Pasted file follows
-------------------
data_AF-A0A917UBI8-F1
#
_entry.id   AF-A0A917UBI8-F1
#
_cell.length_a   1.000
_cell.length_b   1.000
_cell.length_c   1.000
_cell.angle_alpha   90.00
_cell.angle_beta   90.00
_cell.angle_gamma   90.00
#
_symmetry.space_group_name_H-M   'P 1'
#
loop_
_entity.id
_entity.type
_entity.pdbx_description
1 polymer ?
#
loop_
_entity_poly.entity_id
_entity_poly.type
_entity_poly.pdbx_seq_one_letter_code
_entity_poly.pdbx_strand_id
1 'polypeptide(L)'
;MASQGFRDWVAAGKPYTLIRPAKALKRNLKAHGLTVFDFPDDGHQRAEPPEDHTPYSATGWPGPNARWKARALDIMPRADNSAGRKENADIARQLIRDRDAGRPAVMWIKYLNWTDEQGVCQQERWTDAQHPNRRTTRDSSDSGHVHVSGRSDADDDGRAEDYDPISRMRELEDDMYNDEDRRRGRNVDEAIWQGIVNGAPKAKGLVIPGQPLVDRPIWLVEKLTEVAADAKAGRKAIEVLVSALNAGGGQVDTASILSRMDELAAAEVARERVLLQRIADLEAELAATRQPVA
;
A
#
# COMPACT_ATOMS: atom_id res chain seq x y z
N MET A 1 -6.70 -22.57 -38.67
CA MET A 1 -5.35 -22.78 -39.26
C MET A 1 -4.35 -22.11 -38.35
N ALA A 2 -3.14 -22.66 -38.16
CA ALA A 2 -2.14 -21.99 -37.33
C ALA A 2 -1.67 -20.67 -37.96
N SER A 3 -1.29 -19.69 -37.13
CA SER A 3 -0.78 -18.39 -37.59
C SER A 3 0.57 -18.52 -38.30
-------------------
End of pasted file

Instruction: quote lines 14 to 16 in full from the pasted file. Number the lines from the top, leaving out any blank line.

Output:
loop_
_entity.id
_entity.type